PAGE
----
The story of the Samaritan woman makes me reflect on my own faith. What does it mean to have faith in Jesus Christ? Of course, I can reflect on religion as a sociological phenomenon, as a theological pursuit, as a doctrinal endeavor, or even as a ritual practice. I am not saying that intellectually reasoning out our beliefs, our doctrines, and our rituals are not important. But at the core of it all lies something very simple and basic – standing face-to-face with Jesus the Messiah. Faith and religion first and foremost are about standing face-to-face with Christ. When faith and religion are about what we can get out of it, then we are like the Samaritan woman who came to the well with the jar. When faith is primarily about our intellect, our doctrines, and our rituals, faith is “something.” But once we stand face to face with Christ, then faith is “Somebody.” Once we meet Christ, the sacraments and our worship are not something we do, but Somebody we meet. Once faith emerges from a face-to-face encounter with Jesus, religion, theology, doctrines, rituals, and daily prayer take on a whole new meaning.

I am inviting you to take time this week to reflect on the meaning of faith and belief for you. What is faith? What is religion? What does it mean for you to believe?

Faith as Conversation

Perhaps you are as conscious as I am about the socially and politically contentious times in which we live. Sadly, religion is woven into these contentions. People are becoming more and more intolerant, disrespectful, hateful, and violent about their politics and also their faith. As a result, the fastest-growing segment of believers in the United States is called “the nones” – people who are spiritual without identifying themselves as religious or declaring allegiance to any religious tradition.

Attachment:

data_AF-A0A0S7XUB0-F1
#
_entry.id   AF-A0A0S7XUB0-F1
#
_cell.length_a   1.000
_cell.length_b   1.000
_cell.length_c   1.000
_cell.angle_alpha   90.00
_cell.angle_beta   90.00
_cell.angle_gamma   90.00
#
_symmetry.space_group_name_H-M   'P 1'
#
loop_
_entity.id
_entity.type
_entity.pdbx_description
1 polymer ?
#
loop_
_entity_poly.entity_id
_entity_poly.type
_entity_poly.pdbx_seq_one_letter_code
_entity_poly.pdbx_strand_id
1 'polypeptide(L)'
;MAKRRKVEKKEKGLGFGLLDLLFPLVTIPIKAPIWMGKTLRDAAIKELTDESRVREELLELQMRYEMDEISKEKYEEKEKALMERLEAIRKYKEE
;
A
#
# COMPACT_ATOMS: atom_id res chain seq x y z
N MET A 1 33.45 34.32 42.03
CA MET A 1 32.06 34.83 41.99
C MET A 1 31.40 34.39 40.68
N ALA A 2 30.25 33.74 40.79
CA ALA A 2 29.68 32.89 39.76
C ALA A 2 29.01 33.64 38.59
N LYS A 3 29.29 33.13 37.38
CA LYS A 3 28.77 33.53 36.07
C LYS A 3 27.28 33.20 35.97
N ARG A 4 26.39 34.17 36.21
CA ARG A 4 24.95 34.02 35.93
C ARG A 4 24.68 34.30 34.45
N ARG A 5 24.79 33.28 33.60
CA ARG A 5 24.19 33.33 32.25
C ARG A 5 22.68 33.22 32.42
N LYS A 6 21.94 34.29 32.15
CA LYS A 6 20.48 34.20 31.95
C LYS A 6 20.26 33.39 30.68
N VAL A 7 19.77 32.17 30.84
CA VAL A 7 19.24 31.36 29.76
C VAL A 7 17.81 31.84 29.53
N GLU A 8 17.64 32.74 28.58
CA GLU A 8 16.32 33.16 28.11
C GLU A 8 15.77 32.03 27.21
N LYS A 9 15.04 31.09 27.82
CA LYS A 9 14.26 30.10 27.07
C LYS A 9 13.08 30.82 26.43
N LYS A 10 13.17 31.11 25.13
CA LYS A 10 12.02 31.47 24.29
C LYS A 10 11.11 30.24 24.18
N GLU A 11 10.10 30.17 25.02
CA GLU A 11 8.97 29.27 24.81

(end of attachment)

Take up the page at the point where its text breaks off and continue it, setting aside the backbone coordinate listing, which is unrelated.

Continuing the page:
The fact that in Biblical times, when religious wars were rampant, a man and a woman, an insider and an outsider, a Jew, and a Samaritan could have a face-to-face conversation about society, politics, religion, and faith is very relevant for me. Jesus, though he was the Son of God, did not compel or threaten the Samaritan woman. She was honest with her views and Jesus merely offered her the possibilities. Even after the Samaritan woman came to believe in Jesus as the Messiah, her testimony to her townsfolk is impressive. She does not compel, she does not argue, she does not condemn but merely points out the One who “told me everything I have done!”

Perhaps, our faith that stems from our face-to-face encounter with Christ is such that it only leads to honest, respectful, loving, and caring conversations with other people. May our faith never lead us to intolerance, disrespect, hate, and violence. May our testimony never compel, always and only point to Christ – “the one who is called the Christ.”

As Christ comes to us in this Eucharist, let us stand face-to-face with Christ. Let us allow Christ to touch the very core of our being. Let the mercy and love of God transform us forever. And let that be our story.

Image Credit: Photo by Max Tcvetkov on Unsplash

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Fr. Satish Joseph was ordained in India in 1994 and incardinated into the archdiocese of Cincinnati in 2008. He has a Masters in Communication and Doctorate in Theology from the University of Dayton. He is presently Pastor at Immaculate Conception and St. Helen parishes in Dayton, OH. He is also the founder Ite Missa Est ministries (www.itemissaest.org) and uses social media extensively for evangelization. He is also the founder of MercyPets (www.mercypets.org) — a charitable fund that invites pet-owners to donate a percent of their pet expenses to alleviate child hunger. MercyPets is active in four countries since its founding in December 2017. Apart from serving at the two parishes, he facilitates retreats, seminars and parish missions.